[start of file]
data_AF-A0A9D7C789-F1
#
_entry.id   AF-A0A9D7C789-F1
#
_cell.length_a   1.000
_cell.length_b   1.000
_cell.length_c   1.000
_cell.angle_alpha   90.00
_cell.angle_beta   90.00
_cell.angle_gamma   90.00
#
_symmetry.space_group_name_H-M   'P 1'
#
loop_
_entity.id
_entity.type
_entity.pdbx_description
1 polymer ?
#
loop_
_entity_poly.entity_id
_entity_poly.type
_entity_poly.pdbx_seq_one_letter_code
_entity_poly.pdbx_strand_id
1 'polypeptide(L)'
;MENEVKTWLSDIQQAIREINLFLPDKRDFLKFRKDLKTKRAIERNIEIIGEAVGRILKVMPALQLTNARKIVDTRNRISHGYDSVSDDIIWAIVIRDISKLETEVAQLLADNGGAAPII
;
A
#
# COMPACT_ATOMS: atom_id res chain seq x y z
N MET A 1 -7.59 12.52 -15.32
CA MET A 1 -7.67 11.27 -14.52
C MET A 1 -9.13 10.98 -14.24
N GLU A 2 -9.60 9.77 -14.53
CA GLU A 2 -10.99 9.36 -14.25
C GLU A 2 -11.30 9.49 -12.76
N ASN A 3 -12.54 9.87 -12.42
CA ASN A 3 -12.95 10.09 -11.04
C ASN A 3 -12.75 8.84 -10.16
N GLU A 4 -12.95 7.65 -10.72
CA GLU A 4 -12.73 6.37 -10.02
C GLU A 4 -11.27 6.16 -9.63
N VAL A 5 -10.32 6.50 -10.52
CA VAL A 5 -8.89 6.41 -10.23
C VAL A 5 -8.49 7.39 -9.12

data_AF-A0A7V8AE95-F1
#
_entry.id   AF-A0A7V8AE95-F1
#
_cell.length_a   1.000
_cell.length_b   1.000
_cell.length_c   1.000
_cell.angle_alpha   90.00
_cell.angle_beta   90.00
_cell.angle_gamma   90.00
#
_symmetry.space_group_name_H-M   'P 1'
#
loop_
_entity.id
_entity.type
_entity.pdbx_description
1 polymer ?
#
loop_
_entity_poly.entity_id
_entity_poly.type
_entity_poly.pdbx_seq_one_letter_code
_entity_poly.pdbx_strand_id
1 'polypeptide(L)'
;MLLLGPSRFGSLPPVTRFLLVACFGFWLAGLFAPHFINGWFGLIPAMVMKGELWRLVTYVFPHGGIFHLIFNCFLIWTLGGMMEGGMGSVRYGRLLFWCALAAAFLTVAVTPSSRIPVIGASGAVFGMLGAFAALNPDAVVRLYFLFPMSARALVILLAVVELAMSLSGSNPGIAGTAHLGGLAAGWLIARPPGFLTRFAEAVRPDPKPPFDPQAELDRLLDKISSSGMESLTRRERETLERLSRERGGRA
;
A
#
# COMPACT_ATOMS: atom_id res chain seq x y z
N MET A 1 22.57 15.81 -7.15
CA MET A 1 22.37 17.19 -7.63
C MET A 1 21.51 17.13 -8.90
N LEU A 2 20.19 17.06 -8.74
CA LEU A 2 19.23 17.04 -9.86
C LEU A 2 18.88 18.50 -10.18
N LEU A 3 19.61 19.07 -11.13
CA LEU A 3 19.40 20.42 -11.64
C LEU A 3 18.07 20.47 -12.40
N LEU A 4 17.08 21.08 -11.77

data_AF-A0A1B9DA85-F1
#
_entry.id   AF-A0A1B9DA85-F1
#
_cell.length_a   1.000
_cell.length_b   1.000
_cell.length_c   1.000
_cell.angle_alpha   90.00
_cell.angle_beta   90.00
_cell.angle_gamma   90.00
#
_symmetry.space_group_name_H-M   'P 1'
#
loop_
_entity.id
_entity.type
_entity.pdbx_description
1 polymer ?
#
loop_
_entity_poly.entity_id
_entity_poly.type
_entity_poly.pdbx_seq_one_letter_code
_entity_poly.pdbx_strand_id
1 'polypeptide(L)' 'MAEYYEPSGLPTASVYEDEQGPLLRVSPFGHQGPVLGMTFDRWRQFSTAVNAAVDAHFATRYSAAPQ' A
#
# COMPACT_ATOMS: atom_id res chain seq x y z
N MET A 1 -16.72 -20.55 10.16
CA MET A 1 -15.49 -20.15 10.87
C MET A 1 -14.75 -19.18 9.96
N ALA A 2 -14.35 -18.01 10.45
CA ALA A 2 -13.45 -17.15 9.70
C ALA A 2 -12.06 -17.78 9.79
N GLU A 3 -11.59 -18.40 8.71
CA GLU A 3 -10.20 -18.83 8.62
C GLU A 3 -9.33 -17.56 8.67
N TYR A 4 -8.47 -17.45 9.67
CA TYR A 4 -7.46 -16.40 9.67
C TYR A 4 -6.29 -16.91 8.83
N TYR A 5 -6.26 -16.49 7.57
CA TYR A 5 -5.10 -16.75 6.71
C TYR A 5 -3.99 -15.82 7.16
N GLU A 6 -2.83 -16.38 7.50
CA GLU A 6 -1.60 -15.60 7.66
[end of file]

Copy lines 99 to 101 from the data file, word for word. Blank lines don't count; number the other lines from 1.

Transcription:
loop_
_entity.id
_entity.type